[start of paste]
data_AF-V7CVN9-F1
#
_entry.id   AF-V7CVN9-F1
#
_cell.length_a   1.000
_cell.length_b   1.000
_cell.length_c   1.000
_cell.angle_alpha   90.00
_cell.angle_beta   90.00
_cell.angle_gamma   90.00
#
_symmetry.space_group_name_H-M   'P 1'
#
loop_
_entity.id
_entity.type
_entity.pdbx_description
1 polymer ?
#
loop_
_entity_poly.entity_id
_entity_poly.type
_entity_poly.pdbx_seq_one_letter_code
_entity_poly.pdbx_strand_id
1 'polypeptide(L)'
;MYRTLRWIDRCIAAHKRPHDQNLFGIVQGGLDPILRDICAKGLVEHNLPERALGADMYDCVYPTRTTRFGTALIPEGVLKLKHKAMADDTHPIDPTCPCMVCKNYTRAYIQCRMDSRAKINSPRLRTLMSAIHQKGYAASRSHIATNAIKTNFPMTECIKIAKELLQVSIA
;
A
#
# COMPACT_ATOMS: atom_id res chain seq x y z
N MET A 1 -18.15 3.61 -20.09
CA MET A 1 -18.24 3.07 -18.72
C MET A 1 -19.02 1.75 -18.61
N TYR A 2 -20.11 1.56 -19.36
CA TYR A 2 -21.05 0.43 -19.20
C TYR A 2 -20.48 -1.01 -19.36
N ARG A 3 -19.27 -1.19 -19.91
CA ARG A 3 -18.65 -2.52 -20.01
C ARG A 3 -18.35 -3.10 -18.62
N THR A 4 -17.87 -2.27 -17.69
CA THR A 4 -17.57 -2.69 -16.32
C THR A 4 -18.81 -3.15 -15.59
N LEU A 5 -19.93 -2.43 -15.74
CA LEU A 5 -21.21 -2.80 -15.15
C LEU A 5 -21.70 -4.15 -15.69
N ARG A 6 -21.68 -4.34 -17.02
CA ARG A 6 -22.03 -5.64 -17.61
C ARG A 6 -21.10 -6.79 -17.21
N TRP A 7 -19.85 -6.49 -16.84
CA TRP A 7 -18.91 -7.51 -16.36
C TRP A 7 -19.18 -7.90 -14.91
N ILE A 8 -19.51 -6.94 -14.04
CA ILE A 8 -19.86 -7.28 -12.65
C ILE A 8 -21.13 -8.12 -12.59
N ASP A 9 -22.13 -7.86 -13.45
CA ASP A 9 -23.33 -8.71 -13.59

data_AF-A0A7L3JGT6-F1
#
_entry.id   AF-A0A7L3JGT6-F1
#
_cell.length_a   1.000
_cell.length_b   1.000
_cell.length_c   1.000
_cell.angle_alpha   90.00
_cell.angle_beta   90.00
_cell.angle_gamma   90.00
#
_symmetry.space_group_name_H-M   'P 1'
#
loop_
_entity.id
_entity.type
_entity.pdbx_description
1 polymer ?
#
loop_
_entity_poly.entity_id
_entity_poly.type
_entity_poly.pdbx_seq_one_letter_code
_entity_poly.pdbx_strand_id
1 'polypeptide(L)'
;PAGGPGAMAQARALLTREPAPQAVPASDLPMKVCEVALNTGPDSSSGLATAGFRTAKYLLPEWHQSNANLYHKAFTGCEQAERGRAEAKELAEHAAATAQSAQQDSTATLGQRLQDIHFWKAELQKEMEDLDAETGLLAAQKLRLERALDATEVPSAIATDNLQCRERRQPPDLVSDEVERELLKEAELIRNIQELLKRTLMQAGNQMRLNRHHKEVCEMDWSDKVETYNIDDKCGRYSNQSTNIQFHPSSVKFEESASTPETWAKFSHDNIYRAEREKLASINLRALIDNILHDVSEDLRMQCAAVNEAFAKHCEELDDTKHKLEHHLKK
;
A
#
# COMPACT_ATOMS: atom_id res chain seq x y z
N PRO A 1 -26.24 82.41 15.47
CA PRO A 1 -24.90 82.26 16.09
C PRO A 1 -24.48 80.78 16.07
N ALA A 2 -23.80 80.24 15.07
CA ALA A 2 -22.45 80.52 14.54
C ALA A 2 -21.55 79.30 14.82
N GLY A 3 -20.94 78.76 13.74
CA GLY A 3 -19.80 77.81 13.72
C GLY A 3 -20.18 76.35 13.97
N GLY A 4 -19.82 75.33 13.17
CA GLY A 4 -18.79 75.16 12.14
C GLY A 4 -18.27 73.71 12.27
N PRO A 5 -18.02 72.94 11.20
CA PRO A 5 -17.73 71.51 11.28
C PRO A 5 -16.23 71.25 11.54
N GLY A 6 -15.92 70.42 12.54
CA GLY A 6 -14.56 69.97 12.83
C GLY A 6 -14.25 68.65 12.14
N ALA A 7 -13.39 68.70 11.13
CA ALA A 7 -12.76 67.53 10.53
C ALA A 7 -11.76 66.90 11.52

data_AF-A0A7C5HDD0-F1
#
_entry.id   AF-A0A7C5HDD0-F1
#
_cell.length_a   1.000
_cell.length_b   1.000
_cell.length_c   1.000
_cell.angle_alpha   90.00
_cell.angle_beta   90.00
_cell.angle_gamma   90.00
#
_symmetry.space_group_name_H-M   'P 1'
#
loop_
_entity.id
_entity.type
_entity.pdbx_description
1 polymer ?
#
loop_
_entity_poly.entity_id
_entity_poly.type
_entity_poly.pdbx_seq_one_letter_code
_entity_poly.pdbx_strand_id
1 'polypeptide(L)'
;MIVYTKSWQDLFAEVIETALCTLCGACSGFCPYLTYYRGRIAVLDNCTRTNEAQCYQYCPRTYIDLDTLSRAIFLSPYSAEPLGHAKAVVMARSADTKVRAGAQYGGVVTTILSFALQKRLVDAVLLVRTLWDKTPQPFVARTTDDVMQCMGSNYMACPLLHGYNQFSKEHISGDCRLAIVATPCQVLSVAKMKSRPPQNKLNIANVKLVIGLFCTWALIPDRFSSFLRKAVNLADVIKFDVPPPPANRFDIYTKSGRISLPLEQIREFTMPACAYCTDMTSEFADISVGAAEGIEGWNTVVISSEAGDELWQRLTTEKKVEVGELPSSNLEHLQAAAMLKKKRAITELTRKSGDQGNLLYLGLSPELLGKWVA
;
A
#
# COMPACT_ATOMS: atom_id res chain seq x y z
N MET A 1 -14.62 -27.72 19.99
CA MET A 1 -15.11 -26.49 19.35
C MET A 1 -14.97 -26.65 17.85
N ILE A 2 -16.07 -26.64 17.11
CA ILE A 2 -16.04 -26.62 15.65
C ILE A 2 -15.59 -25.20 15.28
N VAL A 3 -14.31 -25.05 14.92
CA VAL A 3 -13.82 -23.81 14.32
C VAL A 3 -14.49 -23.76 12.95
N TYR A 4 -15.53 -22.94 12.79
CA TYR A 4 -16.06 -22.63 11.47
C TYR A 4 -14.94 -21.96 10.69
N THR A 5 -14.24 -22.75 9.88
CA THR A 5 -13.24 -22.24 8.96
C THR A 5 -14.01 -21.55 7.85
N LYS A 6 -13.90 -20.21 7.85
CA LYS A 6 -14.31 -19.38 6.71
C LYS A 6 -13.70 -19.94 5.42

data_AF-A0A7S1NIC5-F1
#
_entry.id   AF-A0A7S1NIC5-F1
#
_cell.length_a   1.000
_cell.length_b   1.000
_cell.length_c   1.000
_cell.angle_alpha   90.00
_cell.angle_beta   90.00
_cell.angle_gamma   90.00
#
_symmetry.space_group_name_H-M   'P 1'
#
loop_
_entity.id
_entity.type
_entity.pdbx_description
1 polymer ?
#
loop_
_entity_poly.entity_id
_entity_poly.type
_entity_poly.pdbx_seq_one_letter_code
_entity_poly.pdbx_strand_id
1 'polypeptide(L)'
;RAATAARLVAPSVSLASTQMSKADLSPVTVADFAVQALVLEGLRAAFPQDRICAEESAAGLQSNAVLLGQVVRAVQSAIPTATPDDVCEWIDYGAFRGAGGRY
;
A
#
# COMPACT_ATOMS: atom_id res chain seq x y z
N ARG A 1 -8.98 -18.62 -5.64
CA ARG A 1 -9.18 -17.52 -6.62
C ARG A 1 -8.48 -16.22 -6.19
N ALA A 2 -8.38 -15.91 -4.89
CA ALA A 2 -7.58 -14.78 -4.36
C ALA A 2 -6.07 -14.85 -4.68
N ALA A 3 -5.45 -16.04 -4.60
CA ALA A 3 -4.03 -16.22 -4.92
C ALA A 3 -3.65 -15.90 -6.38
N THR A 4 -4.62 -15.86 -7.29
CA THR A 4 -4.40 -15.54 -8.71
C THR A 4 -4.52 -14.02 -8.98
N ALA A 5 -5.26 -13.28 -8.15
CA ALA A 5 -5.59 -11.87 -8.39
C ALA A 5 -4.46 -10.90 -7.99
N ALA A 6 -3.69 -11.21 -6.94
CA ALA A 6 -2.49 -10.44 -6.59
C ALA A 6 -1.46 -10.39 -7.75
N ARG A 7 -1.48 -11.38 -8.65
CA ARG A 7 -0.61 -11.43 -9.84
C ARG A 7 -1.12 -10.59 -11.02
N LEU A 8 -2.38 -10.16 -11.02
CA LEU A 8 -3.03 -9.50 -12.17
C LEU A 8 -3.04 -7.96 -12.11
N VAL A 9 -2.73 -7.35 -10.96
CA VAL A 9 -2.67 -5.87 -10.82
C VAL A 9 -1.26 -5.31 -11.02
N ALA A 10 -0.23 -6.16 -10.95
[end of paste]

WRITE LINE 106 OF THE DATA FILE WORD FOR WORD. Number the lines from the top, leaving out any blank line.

CA ALA A 7 -12.76 67.53 10.53